What I have learned when loved ones were seriously ill and or dying. Advice

What I have learned when loved ones where seriously ill and or dying. Advice
My best friend my twin soul friend died when he was 29. Nine other friends died the same year.
No one wants to gain experience in dealing with a sick and or terminally ill loved one. But, if you go
through that very painful and intimate experience you do learn ways of coping. Here is what I learned about myself when Shane was shot, Roy and other friends of mine where dying and Dominic had a stroke.

1.       When you are dealing with your grief that a loved one is dying you have to remember every single day when all you want to do is weep and stay under the covers, that you are losing one person but, the person who is dying is losing everyone they know, their home, everything object, every beautiful bit of their natural world and their own life. Their grief is huge.
2.       When people are sick you have to remember every day that they're in pain. So many of their verbal and nonverbal messages are to say to you and the world, “I hurt!” “I am in pain.” You need to communicate that you see, hear and feel their pain.” They are often unable to see feel and hear your pain, because their message is so overwhelming. I know I have tried out for the role more than once, but Martyrs are characters in books and movies, and kind of hard to be in real life.  If you feel unheard, and it’s effecting your ability to be a helpmate, communicate! A possible message.  So how about, “I know you are in great pain, I am in pain too and I know you care so please let me share my pain with you as well so we stay close.” Or “I find that I am stuffing my pain, to not burden you with it, but it is making me feel inauthentic with you when I want to us to stay our real loving selves so can I share a little bit of my pain with you?”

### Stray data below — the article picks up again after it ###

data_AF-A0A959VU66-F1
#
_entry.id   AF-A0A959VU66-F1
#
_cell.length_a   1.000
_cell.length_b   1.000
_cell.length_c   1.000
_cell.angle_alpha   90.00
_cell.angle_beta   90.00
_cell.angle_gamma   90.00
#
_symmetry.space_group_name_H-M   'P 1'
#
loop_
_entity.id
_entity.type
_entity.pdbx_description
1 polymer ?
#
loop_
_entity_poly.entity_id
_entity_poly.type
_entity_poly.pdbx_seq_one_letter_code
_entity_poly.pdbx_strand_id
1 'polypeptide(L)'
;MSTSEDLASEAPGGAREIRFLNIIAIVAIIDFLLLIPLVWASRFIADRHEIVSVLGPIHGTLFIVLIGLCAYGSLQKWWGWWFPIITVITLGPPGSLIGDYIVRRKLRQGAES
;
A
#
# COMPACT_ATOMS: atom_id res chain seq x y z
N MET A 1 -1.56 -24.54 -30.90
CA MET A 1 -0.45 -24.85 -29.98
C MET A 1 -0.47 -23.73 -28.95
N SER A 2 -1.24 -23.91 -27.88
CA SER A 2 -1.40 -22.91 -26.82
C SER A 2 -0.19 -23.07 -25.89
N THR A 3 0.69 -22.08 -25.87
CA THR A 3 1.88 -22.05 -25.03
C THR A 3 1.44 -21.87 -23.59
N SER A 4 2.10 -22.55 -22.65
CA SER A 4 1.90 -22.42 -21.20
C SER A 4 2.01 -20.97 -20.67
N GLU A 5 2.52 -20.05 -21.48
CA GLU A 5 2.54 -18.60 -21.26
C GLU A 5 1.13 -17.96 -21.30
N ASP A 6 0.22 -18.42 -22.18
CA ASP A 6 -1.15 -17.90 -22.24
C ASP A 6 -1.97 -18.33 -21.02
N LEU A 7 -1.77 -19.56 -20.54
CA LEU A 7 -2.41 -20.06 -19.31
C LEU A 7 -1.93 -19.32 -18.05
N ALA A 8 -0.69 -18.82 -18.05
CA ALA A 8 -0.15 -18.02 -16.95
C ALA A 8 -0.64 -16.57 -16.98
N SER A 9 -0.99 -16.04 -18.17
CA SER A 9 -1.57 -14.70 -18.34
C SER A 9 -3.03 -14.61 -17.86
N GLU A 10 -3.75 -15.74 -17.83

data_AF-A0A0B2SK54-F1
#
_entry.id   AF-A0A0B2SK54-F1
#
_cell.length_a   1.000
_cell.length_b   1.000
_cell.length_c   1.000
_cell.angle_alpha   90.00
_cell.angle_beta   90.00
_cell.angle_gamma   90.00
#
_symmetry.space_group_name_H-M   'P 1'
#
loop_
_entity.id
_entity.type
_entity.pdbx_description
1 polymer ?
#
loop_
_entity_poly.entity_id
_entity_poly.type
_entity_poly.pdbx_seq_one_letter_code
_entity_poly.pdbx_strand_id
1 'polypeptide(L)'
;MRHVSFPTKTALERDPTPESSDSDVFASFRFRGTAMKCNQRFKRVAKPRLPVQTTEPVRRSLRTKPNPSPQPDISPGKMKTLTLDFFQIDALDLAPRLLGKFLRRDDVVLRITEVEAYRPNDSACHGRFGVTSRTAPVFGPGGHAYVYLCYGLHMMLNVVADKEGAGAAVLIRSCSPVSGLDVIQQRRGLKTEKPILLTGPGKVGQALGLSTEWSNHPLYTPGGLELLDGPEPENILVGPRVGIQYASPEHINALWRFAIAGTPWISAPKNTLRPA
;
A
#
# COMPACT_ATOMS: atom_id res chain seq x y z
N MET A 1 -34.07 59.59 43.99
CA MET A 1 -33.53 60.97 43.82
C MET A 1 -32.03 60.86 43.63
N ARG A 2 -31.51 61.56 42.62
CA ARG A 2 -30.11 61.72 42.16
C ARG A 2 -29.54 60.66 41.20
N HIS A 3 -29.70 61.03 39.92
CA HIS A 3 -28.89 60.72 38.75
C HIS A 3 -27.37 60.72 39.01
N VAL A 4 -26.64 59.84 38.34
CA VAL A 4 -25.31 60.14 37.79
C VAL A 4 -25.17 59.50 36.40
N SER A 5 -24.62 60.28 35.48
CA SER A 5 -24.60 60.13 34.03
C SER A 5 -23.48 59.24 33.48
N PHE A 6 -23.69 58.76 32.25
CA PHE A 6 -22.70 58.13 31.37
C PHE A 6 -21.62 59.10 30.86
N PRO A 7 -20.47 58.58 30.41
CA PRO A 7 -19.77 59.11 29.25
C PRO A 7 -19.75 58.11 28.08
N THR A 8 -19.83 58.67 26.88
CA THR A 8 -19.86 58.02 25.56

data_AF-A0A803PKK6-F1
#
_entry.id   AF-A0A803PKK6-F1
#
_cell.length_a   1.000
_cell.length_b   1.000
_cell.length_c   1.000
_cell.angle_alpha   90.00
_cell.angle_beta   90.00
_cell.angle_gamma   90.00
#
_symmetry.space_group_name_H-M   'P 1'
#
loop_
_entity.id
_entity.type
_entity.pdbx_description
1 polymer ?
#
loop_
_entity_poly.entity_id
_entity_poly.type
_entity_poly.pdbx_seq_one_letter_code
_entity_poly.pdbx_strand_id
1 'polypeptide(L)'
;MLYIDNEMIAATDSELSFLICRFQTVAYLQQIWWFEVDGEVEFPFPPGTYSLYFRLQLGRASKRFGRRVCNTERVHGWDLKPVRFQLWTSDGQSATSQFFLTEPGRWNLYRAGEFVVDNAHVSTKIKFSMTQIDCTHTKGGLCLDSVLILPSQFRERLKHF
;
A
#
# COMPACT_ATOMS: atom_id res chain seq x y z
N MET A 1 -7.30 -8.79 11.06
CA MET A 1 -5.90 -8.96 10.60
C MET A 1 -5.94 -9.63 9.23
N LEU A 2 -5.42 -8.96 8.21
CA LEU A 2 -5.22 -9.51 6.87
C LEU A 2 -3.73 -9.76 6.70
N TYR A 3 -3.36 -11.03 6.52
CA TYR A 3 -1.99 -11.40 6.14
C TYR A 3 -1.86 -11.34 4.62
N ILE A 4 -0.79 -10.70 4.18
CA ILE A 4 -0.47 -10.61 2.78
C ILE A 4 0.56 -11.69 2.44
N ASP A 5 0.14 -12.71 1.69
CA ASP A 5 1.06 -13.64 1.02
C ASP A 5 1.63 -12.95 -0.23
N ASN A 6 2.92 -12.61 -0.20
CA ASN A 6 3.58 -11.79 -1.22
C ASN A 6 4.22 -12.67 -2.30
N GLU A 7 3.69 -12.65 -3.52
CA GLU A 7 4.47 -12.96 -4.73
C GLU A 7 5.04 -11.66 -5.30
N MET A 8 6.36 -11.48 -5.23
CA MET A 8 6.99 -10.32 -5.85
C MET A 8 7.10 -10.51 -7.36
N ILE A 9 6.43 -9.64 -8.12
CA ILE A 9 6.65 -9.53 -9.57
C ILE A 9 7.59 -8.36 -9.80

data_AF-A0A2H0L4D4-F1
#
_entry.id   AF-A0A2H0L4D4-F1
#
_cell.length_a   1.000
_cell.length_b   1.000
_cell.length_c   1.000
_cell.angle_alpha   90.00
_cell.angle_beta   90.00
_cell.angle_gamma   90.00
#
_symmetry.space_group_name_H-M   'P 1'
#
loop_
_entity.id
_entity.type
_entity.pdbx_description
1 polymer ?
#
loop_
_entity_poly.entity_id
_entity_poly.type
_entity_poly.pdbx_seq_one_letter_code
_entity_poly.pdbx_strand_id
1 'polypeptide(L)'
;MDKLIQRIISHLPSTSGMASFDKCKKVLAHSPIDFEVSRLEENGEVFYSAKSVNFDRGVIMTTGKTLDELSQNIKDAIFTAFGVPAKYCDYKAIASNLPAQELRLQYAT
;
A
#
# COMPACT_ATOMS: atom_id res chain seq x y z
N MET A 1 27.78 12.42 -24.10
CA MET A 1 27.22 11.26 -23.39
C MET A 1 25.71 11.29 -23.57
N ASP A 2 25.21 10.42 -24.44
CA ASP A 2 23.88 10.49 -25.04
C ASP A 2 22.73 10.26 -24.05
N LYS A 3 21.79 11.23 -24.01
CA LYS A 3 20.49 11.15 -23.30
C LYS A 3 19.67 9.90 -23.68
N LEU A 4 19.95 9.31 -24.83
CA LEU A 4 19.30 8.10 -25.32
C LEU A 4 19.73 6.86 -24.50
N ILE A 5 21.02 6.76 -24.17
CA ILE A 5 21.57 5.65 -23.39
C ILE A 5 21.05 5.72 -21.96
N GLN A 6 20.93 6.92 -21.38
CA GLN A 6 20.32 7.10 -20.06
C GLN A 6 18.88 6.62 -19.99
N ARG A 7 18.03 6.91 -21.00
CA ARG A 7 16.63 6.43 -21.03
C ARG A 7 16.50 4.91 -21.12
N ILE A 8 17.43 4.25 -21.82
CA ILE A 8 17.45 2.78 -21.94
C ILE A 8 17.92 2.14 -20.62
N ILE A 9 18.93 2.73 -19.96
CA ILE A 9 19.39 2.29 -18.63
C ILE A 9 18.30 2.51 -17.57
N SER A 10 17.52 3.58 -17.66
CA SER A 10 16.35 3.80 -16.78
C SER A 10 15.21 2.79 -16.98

3.       Because they are in pain, they may be mad at God, the world and you. They may be mean, they may get mad, they may even be abusive. Don't take it personally. Don't think it reflects what they truly feel about you. Don't think it's a reflection of their lack of love. They are raging against their illness and you just happened to be the closest person to them so you get the rage.  
Roy would say to me, “Patti, you are the only one I can really get mad at, because I know that you love me. I know that you know my soul and no matter what I do you will keep on loving me anyway.” But, don't be afraid to call them on their stuff.  Just because they're sick and dying doesn't mean that they can be cruel.
4.       Embrace laughter embrace humor, embrace silliness. Embrace funny moments, embrace the joys of life and the absurdity of death and dying. When my best friend Roy was dying we laughed so very much. When he was hooked up to an IV that was his sole means of sustenance the last eight months of his life we had so many jokes about it. We used humor “tenderize” the pain. We had jokes about the Wendy's drive-through, Big Mac's, ice cream and steaks and fries coming in through the IV. Both of us where dealing with a very real reality that he would never taste and savor real food again before he died, but he could still laugh. Our laughter confirmed the fact that even as he was dying he was still living.

Illness and dying create a unique intimacy between you and your loved one, take the gifts of that intimacy and may you be supported and know that you are loved.

Patti Wood, MA, Certified Speaking Professional - The Body Language Expert. For more body language insights go to her website at www.PattiWood.net. Check out Patti's website for her new book "SNAP, Making the Most of First Impressions, Body Language and Charisma" at www.snapfirstimpressions.com.